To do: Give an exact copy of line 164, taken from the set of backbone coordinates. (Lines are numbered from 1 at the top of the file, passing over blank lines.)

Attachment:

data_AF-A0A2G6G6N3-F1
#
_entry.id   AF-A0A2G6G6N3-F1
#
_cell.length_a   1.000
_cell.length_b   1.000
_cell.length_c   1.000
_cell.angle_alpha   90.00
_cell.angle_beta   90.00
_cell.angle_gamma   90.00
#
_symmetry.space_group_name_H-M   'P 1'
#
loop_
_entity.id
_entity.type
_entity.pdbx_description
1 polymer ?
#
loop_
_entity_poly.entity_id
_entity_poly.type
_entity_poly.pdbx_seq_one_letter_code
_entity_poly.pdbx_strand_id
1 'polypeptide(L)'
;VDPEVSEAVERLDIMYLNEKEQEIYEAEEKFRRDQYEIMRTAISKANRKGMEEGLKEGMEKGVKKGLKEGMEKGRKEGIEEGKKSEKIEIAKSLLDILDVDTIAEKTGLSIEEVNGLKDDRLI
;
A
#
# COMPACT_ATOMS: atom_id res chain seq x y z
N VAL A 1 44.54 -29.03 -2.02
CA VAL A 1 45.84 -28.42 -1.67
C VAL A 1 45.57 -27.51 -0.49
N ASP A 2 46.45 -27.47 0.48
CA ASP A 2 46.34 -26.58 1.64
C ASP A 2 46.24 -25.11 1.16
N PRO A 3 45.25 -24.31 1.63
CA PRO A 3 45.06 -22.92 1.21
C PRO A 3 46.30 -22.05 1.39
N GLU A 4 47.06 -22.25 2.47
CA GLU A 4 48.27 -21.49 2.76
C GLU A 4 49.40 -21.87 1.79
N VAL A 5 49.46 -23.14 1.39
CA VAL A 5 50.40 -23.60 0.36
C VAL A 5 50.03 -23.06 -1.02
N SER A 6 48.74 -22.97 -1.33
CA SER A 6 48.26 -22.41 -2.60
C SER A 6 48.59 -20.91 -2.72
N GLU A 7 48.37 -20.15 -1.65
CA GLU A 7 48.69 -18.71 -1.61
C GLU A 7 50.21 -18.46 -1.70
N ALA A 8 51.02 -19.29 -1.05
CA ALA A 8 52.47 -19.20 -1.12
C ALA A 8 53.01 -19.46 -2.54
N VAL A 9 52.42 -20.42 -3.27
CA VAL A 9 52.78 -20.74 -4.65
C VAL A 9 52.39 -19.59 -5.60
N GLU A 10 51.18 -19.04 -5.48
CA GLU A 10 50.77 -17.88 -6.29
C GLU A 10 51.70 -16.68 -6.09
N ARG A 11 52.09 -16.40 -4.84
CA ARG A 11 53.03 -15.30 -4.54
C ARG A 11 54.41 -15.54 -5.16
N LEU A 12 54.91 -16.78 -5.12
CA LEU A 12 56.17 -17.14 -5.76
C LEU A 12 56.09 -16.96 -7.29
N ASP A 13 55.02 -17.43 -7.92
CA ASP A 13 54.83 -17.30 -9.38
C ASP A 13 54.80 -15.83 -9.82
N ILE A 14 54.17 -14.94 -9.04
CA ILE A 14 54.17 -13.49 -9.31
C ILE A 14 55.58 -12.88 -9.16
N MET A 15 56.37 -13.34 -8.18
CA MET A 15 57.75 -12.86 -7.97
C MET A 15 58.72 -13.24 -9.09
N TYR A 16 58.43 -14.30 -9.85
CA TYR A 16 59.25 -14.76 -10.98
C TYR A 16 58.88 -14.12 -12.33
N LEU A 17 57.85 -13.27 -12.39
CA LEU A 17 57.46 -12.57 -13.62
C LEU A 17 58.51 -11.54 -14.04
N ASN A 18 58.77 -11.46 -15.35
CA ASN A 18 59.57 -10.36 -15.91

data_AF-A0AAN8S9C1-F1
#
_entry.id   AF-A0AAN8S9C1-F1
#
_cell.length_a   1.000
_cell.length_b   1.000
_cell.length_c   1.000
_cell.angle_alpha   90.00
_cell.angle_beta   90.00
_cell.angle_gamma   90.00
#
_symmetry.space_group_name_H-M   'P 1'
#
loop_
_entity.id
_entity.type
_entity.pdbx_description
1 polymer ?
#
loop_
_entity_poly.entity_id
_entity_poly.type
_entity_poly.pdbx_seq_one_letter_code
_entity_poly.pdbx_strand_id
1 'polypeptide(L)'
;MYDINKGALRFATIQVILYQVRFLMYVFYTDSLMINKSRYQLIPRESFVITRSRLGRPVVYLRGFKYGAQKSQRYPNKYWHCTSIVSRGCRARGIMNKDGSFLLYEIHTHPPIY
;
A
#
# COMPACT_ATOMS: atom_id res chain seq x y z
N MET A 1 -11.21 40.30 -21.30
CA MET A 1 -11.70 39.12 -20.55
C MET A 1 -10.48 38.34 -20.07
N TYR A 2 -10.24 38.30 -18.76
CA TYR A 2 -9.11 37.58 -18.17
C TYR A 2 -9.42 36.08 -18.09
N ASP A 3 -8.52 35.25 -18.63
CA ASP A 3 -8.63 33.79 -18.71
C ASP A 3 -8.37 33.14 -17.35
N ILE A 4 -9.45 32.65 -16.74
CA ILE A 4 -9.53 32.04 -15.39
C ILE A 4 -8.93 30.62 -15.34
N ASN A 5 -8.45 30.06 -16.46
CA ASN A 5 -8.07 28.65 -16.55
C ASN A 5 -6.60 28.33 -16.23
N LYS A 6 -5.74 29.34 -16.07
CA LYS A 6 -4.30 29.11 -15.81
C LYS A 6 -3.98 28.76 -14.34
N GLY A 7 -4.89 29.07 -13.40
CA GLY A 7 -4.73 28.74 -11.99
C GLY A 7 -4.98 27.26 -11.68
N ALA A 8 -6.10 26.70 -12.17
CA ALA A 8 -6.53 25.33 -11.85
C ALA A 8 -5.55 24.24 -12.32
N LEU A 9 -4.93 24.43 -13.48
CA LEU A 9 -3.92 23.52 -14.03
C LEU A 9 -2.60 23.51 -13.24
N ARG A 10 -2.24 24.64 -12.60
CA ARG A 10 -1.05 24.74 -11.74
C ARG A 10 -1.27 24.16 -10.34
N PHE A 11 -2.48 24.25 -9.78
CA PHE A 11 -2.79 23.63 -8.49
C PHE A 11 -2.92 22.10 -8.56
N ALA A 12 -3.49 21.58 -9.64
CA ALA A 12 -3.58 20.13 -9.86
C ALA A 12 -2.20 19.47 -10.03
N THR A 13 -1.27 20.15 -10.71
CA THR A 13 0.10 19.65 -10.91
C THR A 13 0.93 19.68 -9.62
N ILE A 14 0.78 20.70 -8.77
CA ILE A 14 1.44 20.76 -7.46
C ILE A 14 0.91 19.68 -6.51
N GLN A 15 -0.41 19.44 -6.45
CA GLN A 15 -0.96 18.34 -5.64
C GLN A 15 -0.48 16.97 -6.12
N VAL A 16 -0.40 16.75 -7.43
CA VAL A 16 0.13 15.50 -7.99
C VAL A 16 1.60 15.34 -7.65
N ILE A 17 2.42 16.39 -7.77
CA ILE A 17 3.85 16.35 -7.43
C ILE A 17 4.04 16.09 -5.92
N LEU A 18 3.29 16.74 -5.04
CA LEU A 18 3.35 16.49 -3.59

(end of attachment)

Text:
C ILE A 17 4.04 16.09 -5.92